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7 Ways To Reduce Sugar Intake

Posted Nov 14 2009 10:03pm

Reduce_Sugar Always keep this in mind, always try to obtain sugars naturally which should be primarily from fresh, whole fruit.

Here are 7 Ways To Reduce Sugar Intake

  1. Fruit juices, even if they are 100 percent fruit juice, are all-natural sugar but they are very high in calories–it’s best to avoid beverages with high calories, including fruit juices, sodas, lemonade and other sweetened beverages. Learn to enjoy your iced tea for its natural flavor, rather than for the flavor of the sugar that you pour into the glass.
  2. Rather than adding syrup or honey to foods like waffles or pancakes, try topping them with sliced fresh fruit and a dollop of vanilla yogurt.
  3. Look for whole-grain cereals without added sugars, and top with sliced bananas, berries or other fruit that appeal to you. This applies to both cold cereals and hot. Oatmeal is delicious with some mashed banana stirred in for sweetness.
  4. Keep healthy snacks around, like whole fruits, cut vegetables, whole-grain crackers, low-fat yogurt and low-fat cheese, so you won’t be tempted to eat sweets instead.
  5. Help your kids develop healthier habits–if they are old enough to read labels, give them a list of all the names for sugar and ask them to become “sugar detectives.” They will enjoy finding the hidden sources of sugar in foods, and it will help to educate them as to how much sugar is added– sometimes where you least expect it.
  6. Instead of baked goods for desserts, try fresh fruit with a bit of chocolate syrup. One great trick is to take ripe bananas, peel and place them on a foil-lined tray in the freezer. Frozen bananas taste just like ice cream and will satisfy your sweet tooth for significantly fewer calories.
  7. If you add sugar to cereals, beverages and fruits routinely, try to gradually reduce the amount you use. You may not really know the true flavor of these foods because you have “masked” the flavour with sugar. Fresh fruits in season should be deliciously sweet–no added sugar necessary

We are easily surrounded by sugars. To avoid sugar, instead look for protein. Since we live in a carbohydrate-rich society, it’s not always easy to find low-calorie, healthful foods, which are generally expensive and have a short shelf life. This is all too obvious when travelling. Whether it’s the airport or a gas station, high-protein foods that are low in sugar are difficult to find. The next time you walk into a gas station, a food stop, or a snack bar in the airport, look around. You will see lots of chips, candies, crackers, doughnuts, muffins and plenty of soda. Generally, the only protein is beef jerky, almonds and milk. Now protein bars are coming into fashion, but they are not widespread.

The problem with snacking on these sugary foods is the empty calories. You want to make your calories count, and sugar doesn’t help much. Pre-packaged foods that are high in sugar generally do not have a high-nutrient density.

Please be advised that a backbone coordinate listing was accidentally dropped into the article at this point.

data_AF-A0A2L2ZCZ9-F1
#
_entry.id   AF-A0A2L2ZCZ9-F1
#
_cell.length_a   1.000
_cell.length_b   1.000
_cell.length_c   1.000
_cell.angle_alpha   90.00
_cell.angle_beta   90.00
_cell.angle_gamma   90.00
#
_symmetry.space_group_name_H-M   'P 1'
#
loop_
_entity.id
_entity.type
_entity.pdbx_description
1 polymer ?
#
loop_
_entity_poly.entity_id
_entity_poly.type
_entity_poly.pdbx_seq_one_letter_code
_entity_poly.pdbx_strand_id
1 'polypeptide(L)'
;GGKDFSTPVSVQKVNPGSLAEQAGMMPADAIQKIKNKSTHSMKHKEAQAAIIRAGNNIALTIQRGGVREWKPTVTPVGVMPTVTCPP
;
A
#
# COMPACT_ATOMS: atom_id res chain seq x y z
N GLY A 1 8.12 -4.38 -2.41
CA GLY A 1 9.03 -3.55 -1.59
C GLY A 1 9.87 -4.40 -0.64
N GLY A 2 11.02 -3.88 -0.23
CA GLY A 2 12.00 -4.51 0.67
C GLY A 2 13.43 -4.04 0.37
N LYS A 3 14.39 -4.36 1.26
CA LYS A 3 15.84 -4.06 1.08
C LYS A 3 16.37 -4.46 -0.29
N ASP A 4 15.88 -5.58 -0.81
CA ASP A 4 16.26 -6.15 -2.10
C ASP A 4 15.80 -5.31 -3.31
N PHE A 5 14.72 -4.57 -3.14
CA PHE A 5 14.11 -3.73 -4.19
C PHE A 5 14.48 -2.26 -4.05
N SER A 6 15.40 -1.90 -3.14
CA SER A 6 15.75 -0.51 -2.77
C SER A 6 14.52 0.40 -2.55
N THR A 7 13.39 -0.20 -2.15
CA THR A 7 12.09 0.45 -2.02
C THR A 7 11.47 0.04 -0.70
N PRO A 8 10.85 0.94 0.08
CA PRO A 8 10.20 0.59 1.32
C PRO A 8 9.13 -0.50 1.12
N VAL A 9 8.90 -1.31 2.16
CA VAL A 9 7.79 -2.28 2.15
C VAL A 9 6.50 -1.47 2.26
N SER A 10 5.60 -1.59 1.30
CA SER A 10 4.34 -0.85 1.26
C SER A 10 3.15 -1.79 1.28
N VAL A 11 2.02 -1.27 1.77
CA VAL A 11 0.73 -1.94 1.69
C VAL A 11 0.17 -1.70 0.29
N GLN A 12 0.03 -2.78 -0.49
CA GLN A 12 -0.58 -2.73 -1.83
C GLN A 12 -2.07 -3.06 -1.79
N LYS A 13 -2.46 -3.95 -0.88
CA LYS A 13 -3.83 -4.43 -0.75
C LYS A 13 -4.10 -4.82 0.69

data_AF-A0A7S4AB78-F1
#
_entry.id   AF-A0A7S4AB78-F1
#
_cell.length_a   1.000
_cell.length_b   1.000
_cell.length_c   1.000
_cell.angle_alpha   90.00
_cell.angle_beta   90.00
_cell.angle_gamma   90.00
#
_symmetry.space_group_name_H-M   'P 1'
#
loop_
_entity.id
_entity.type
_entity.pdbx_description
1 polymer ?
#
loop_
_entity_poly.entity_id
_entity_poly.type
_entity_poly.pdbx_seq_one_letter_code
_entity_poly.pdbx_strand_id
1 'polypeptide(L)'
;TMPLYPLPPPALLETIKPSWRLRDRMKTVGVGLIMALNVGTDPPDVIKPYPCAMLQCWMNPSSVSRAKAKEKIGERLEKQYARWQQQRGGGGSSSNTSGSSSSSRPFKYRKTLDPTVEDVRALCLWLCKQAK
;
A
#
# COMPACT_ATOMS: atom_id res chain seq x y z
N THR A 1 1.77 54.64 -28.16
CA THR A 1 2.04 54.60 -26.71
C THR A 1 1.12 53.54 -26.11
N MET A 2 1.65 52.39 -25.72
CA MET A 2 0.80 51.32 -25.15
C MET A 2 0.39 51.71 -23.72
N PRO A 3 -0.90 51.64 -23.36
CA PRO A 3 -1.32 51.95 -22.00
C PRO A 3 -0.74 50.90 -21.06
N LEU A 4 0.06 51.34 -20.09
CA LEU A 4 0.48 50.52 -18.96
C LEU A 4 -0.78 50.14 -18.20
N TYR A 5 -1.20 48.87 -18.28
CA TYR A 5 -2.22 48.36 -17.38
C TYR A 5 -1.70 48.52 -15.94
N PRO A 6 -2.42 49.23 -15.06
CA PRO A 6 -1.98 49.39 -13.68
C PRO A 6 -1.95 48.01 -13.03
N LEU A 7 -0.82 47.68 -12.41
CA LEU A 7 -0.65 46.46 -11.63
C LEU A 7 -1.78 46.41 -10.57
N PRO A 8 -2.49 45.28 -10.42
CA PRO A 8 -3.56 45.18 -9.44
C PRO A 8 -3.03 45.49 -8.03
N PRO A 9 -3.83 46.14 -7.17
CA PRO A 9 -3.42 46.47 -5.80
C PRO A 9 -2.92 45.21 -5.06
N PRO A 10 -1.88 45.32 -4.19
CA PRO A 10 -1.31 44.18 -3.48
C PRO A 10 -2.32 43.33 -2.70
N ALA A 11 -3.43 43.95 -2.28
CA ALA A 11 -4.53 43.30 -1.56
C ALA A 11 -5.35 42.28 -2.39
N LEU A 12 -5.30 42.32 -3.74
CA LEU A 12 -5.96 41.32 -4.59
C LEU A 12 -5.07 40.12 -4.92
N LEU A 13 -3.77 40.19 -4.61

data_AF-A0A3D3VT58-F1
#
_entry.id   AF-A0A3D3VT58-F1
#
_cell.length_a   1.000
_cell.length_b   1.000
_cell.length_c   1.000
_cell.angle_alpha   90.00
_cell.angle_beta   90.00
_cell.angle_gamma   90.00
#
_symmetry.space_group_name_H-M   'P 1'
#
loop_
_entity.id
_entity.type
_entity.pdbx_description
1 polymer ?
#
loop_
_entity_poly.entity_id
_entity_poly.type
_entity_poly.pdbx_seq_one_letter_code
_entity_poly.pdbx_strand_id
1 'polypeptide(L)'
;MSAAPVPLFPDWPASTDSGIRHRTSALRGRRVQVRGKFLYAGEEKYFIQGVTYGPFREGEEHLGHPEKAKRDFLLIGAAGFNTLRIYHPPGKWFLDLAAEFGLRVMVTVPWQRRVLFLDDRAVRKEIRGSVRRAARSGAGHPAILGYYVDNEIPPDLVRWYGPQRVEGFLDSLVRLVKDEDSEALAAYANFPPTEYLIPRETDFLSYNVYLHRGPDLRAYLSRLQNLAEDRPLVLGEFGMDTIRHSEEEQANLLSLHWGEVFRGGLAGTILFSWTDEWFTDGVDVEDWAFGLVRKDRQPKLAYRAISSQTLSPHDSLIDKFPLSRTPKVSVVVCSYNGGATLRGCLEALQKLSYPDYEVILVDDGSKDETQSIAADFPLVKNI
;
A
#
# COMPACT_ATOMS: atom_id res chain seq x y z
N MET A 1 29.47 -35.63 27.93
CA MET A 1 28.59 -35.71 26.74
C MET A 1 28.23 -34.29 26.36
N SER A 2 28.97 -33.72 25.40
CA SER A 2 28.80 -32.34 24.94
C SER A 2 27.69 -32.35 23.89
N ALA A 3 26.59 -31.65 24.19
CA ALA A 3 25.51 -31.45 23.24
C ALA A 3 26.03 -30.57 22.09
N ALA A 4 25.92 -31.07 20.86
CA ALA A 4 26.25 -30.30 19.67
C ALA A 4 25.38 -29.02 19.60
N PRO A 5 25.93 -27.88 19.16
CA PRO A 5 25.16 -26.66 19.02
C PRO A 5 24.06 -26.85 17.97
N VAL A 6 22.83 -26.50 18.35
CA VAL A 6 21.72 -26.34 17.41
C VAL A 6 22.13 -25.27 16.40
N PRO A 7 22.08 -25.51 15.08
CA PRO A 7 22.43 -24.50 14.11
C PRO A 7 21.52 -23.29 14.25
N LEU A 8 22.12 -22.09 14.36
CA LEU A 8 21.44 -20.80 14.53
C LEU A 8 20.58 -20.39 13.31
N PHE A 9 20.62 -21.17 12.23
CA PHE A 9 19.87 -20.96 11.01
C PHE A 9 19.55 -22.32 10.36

Protein is the nutrient of interest for most of the current diets. In the 1980s, the high carbohydrate diet was king, but this diet has proven deleterious to most people. We do need carbohydrates–remember, it’s like the fuel you add in the gas tank of your car–but unless you’re training for a marathon, you do not need that much. Generally, about 40 percent to 50 percent of your daily calories can come from carbohydrates, which means that on a 2,000-calorie-per-day diet, that is approximately 800 to 1,000 calories, which translates into the typical Western breakfast of a large latte and a muffin. Under these conditions, you’re usually tapped out by 10 a.m. with all the carbs you need for the day. Now imagine adding some pizza, a hamburger and a soda, a mid-afternoon coffee, a bag of chips and then maybe some bread with dinner.

It’s not hard to quickly accumulate 4,000 calories. Cutting carbohydrates out of the diet is the basis of most, if not all, of the popular diet programs today.

The idea of a low-fat diet has changed, and now a diet rich in healthy fats–such as monounsaturated fats from nuts, avocados and olive oil, and polyunsaturated fats from fish oil and flaxseed–is popular. The percentage for dietary protein can vary widely, but most experts target around 30 percent.

Here are a listing some of the Healthy Snacks That Are Under 100 Calories that can help you in choosing your snacks. Remember, reduce sugar when it is not necessary like drinking sodas, fruit juices that are pre-package, sweets…

But what do you think? Do you have other ways to reduce sugar intake? You can let me know by leaving a comment below.

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